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The Corporation

Posted: 07/12/17

Education awards for Geoff and Ben

A popular staff member and exceptional student at West Nottinghamshire College have been honoured at a glittering awards ceremony.

  • Geoff proudly accepts his award along with fellow ‘support staff of the year’ runner-up Helen Musson, from The Trinity Catholic School, Nottingham; joined by Kelly Ball, managing director of Access Training, the category sponsor.
  • Modest Ben (left) displays his accolade, joined by fellow ‘beating the odds runner-up’ Kayleigh Tate, from Nottingham Academy, and Dr Peter Watts from the University of Nottingham, the category sponsor.

Support coach co-ordinator Geoff Vincent and former construction student Ben Talbot were finalists in this year’s Nottingham Post Education Awards – an annual celebration of stand-out students and inspirational staff from across the county.

Now in its sixth year, the awards – held at the Crowne Plaza, Nottingham, on Wednesday 29 November – featured a host of categories, reflecting the diverse ways in which students achieve success and highlighting the staff who make a huge difference to their lives.

The event, attended by hundreds of people, saw Geoff and Ben named as runners-up in the ‘support staff of the year’ and ‘beating the odds’ categories respectively.

In his role, caring Geoff works with a range of vulnerable students, including youth offenders and looked-after youngsters, as well as anyone else who might need a helping hand from time to time.

With more than 20 years’ experience, Geoff has also set up a community youth centre used by many of the college’s learners, where he volunteers in the evening. He regularly helps students with issues such as securing bursaries or even ensuring they have food, money and accommodation. He also raises money for homeless teenagers in the local area and runs collections within college in order to purchase supplies for them.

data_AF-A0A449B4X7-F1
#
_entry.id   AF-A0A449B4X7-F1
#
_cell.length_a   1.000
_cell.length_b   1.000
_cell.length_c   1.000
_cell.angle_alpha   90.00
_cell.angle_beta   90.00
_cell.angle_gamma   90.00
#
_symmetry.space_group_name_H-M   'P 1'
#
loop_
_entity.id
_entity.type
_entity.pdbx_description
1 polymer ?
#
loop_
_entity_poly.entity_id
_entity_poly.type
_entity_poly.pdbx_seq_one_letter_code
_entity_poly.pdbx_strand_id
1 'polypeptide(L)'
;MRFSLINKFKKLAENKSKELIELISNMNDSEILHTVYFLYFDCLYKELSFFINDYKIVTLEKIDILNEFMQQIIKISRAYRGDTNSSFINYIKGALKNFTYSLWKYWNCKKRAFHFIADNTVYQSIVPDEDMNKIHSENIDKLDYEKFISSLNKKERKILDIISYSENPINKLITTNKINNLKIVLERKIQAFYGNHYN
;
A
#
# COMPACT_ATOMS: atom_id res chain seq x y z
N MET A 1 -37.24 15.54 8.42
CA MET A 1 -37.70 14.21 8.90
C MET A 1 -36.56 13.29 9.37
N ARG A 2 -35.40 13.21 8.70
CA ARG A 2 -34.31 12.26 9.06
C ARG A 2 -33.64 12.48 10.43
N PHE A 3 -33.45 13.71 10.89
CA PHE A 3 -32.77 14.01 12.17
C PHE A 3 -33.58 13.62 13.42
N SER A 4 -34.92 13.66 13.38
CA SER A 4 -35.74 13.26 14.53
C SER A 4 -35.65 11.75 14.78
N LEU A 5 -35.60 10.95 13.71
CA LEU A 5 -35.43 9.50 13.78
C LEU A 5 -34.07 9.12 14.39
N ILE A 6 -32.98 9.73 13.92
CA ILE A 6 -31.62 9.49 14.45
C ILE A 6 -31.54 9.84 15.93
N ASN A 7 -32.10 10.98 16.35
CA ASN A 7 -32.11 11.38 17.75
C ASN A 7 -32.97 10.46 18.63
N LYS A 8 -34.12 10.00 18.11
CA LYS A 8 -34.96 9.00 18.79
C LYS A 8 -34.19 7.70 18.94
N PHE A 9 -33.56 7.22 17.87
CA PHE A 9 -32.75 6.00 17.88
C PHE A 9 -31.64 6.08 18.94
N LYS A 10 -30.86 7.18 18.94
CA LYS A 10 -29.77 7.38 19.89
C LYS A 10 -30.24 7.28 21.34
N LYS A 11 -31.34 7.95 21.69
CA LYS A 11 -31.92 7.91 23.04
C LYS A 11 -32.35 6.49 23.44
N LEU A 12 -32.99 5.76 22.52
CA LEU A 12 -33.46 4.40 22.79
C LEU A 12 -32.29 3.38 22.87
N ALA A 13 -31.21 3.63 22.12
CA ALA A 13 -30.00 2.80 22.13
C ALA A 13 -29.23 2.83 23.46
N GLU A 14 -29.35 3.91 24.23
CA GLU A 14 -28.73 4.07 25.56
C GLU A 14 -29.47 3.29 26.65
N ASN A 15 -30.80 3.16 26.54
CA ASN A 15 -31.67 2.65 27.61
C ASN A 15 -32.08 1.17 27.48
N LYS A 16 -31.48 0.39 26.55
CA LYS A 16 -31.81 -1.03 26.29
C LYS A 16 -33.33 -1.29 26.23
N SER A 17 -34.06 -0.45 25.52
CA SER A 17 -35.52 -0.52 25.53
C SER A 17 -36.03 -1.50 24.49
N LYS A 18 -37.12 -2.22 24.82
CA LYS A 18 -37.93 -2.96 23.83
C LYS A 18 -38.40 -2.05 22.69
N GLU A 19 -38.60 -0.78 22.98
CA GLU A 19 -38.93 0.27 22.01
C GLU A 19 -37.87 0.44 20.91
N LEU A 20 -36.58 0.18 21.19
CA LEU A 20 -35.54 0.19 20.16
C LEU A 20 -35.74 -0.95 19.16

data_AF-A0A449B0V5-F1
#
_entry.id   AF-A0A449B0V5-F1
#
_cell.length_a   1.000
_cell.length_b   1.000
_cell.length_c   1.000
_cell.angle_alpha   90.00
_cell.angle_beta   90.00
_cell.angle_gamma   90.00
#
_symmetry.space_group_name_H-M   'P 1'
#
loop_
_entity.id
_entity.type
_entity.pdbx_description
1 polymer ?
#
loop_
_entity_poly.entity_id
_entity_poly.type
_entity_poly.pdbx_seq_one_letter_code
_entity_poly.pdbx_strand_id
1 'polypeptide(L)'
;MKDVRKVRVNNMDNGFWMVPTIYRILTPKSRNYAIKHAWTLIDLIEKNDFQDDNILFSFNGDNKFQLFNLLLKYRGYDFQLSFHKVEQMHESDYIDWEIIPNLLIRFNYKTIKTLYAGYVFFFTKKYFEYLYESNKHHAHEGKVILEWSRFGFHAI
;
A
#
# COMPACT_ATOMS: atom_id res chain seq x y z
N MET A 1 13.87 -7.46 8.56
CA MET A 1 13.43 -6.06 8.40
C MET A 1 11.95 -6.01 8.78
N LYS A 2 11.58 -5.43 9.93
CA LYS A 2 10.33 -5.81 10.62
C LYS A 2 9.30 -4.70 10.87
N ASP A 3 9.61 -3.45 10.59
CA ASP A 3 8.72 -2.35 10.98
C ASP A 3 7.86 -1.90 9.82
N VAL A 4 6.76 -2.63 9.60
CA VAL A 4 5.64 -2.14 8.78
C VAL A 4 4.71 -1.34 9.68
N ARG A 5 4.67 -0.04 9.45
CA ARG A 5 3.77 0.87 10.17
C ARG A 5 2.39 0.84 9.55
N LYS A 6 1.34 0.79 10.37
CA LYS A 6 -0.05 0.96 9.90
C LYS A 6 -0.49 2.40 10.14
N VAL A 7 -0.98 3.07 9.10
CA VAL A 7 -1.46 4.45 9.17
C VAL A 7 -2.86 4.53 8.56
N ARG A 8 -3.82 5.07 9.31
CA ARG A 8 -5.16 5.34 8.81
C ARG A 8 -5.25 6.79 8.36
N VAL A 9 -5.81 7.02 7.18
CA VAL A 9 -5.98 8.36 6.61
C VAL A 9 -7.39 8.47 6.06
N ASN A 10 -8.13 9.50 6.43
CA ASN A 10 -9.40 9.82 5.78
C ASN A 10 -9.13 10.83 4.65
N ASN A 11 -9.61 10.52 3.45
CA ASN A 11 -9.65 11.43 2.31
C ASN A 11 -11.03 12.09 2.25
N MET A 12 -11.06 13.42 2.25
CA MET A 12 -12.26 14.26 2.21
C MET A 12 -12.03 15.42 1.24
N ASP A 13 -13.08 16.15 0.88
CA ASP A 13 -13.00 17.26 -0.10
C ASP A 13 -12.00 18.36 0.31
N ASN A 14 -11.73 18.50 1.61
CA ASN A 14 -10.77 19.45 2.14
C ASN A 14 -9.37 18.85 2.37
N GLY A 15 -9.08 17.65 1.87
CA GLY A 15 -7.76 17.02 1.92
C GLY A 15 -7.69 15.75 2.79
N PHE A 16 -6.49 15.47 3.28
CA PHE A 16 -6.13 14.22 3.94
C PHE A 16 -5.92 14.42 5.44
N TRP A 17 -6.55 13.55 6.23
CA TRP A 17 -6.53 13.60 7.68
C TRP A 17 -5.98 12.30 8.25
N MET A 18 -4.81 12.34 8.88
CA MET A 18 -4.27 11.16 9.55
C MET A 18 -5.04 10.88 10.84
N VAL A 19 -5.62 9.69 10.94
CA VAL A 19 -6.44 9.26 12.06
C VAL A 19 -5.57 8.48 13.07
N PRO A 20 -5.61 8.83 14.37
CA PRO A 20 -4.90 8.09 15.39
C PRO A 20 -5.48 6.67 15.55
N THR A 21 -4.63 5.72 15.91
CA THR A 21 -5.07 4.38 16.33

His open-door policy places him in high-demand with students and staff, with Geoff known affectionately as “the font of all knowledge” when it comes to providing guidance on safeguarding and ensuring the physical and mental wellbeing of young people.

Geoff was nominated by health and safety manager Sue Fretwell for “always going the extra mile for learners that he is supporting and anyone who walks through his door and needs help.”

Sue said: “Geoff always puts the learners first and his home life frequently takes a back seat, even though he has three children of his own. Geoff routinely goes above and beyond the call of duty and makes sure that learners have food, clothes and access to bursaries and bus fares, especially in times when the college is closed such as over the Christmas period. He will find places for them to go and get food and even take them to food banks and hostels. He just wants to make a difference to the world of these teenagers in college and in the local area.”

Speaking of the recognition, Geoff said: “I felt very humbled to be invited to the awards. I was sat with some remarkable student nominees; one who’d become homeless due to a house fire a week before she was due to take her exams, and another who was undergoing chemotherapy in between all her exams. To me, they are the real winners.

“It meant the world to me just to be nominated. Simply knowing that people think I make a difference means so much.